A new method for determining the relative age of bones by their fluorine content had been developed recently. To at least Clark’s surprise, the fluorine test revealed the bones to be quite recent. Additional examination revealed that the bones of Piltdown Man had been carefully stained with potassium bichromate in order to make them appear aged.
Drilling into the bone produced shavings, but should have produced powder if the bones had been ancient; but powder was not produced. Then that canine tooth was brought out — and found to have been filed, stained brown with potassium bichromate, and then packed full of grains of sand. Clearly, a lot of careful work had been done on those bones and teeth. No wonder it took so long before the discovery could be announced in the first place.
Sir Solly Zuckerman, an expert in the field, later commented that the person or persons who perpetrated this deliberate and unscrupulous fraud, knew more about ape bones than did the scientists at the British Museum.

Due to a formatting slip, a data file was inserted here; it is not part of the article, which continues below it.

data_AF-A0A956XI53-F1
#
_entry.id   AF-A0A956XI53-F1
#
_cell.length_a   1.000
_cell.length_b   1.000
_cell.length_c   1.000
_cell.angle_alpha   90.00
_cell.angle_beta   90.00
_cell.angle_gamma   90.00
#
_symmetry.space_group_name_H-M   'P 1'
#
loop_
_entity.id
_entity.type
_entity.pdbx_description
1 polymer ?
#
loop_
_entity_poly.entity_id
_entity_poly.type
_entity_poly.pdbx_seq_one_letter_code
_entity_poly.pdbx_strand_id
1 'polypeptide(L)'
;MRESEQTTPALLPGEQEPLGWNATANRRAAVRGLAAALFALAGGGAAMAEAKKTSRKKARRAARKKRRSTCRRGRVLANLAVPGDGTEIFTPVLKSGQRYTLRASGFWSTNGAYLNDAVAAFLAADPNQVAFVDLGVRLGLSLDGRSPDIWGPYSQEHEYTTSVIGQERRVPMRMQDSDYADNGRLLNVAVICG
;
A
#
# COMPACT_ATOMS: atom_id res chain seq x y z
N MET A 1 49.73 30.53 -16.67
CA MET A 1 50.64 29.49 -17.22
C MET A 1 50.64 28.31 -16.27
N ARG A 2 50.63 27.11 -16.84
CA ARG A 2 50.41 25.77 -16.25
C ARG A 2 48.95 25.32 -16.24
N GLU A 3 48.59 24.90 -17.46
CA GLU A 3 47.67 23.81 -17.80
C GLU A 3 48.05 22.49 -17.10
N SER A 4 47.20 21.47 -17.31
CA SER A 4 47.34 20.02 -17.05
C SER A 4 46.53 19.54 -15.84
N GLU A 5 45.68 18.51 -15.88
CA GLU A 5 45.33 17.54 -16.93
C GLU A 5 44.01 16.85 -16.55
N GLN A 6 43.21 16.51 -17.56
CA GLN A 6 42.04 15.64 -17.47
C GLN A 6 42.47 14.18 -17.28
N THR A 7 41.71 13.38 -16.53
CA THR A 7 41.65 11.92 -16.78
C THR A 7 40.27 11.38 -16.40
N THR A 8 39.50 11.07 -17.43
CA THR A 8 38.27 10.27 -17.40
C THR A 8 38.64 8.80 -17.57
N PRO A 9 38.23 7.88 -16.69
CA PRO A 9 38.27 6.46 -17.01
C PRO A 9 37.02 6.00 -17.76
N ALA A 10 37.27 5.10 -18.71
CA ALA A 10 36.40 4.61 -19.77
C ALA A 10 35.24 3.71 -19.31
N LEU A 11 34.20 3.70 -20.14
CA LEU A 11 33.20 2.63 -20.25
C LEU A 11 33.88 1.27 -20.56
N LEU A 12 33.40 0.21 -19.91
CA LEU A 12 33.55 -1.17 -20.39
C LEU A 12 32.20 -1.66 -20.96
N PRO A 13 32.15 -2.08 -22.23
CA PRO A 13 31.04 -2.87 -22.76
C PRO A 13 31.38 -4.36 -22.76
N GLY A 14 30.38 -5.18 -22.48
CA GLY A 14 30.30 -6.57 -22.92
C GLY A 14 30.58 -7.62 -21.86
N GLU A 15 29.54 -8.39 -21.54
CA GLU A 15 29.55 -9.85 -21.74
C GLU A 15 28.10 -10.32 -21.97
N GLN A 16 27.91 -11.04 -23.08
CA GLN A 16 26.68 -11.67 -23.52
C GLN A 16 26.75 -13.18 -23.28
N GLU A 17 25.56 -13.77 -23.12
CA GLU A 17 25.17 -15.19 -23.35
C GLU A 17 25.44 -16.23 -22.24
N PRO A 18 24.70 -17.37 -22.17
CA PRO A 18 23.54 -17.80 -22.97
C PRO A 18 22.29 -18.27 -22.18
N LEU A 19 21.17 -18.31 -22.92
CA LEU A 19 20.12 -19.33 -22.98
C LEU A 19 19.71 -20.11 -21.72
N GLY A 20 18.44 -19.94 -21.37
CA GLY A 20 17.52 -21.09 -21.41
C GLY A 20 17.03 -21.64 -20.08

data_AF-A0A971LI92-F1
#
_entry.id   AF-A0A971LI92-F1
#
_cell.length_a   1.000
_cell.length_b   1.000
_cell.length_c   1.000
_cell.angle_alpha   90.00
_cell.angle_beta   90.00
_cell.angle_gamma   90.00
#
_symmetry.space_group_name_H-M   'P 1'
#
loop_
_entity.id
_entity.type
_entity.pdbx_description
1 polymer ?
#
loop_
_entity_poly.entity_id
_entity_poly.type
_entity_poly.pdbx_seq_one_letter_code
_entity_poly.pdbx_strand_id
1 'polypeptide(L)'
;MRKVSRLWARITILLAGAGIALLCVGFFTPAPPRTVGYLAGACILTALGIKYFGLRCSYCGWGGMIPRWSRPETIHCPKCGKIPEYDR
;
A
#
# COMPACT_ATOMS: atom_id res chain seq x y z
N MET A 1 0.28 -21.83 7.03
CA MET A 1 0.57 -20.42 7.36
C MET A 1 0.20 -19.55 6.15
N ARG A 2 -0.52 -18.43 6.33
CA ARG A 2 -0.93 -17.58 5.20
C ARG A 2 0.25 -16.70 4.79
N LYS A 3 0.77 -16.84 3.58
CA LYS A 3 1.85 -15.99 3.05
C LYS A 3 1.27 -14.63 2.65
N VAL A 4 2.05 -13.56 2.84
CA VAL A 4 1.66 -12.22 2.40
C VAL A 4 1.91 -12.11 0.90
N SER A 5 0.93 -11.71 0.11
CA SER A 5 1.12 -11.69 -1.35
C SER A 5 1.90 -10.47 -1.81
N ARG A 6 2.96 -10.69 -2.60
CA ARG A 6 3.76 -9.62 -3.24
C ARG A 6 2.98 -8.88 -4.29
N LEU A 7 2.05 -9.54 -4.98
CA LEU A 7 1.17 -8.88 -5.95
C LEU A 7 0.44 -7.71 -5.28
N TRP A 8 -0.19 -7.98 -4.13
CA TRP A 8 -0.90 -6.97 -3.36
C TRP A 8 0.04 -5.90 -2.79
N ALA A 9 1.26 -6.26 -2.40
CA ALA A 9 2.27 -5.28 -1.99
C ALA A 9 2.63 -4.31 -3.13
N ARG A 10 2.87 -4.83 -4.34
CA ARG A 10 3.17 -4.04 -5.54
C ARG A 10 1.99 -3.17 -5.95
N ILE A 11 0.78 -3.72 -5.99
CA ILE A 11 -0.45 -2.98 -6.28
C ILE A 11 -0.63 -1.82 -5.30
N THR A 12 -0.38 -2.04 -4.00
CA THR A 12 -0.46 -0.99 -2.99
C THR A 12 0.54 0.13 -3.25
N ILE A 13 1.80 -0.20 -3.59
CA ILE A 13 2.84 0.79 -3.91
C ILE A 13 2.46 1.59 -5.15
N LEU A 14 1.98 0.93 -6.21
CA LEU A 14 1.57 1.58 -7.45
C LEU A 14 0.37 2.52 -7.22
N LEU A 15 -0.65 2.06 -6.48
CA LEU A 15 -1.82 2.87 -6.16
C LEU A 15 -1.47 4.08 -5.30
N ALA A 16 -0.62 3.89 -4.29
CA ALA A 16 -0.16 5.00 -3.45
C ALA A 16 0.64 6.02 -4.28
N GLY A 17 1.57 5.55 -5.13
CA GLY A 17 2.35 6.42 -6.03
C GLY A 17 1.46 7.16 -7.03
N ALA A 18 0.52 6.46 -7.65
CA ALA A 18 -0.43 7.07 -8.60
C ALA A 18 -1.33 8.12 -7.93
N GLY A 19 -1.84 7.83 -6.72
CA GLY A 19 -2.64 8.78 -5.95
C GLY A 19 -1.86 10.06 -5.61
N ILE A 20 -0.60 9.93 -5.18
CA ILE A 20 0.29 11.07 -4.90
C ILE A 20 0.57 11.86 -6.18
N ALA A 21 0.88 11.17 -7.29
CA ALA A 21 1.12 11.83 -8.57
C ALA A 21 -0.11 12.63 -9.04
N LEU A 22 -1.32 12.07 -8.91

The radioactive fluorine test is a method of determining whether several bones were buried at the same time or at different times. This is done by measuring the amount of fluorine they have absorbed from ground water. It cannot give ages in years, but is a sound method of establishing ages of bone samples relative to each other. The test showed that the skull fragments and the jawbones were separated by possibly up to a span of several centuries.
The House of Commons was so disturbed by the announcement of the fraud that it came close to passing a measure declaring “that the House has no confidence in the Trustees of the British Museum . . because of the tardiness of their discovery that the skull of the Piltdown man is a partial fake.”
“A member of the British Parliament proposed a vote of ‘no confidence’ in the scientific leadership of the British Museum. The motion failed to carry when another M.P. [member of Parliament] reminded his colleagues that politicians had ‘enough skeletons in their own closets.’ ” R. Milner, Encyclopedia of Evolution (1990), p. 364.
In 1955, Weiner, chief detective in the case, later published a book about the hoax, The Piltdown Forgery. He considered Dawson to have been the one who initiated the fake.
Adding to the embarrassment of a government and nation, three years before the exposé, the National Nature Conservancy had spent a sizeable amount of British taxpayers’ money transforming the area in and around the Piltdown pit into the Piltdown Gravel Pit National Monument.Pin It
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I never realised where the Piltdown gravel pit was. A few years ago, I could have gone there quite easily; it would have been a few extra stops on the train that took me home from work. What a shame I’ve moved, I could have gone there with a plastic bone of my own!